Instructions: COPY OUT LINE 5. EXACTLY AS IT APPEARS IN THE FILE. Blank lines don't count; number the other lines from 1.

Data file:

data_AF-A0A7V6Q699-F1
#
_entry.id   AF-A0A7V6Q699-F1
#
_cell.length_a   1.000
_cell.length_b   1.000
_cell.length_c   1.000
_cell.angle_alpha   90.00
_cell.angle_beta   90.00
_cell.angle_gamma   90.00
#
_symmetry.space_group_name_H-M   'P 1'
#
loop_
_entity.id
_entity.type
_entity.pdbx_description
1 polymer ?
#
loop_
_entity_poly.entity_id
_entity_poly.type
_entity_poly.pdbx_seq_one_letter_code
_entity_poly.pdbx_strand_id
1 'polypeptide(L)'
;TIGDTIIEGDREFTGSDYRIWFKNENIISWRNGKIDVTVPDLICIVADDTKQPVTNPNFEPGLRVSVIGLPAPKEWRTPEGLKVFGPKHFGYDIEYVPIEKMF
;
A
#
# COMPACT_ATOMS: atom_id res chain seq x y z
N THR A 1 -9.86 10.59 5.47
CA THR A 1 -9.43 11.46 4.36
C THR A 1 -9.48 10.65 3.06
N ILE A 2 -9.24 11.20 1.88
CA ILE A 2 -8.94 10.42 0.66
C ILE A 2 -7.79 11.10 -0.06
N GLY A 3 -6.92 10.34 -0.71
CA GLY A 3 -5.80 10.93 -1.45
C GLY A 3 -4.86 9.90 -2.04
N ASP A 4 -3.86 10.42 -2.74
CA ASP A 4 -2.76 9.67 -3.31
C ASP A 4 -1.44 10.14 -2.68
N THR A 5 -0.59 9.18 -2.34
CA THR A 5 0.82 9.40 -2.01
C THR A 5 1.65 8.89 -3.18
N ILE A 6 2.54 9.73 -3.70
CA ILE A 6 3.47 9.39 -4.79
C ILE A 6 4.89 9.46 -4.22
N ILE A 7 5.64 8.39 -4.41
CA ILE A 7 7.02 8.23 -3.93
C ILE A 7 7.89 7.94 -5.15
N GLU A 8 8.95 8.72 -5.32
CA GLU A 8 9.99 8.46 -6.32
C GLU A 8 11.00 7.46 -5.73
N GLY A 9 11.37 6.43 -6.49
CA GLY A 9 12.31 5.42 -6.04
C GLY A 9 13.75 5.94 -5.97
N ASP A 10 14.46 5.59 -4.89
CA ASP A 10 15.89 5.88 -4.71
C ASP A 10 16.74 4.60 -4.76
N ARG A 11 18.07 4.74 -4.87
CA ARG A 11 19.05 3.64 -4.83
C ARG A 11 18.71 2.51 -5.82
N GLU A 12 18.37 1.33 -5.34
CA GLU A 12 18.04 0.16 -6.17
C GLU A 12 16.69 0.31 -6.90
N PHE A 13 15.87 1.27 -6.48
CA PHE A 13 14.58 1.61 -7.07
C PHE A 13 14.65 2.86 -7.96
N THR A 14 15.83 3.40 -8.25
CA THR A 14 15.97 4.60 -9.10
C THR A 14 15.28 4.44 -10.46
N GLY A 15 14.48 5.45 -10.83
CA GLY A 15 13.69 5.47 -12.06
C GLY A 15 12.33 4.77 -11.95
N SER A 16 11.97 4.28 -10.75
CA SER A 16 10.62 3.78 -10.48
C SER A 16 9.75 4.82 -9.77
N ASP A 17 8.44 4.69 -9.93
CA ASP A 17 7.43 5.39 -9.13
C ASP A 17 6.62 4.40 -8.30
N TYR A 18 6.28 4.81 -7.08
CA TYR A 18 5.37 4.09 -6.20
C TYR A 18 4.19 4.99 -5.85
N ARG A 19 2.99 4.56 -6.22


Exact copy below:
_cell.length_a   1.000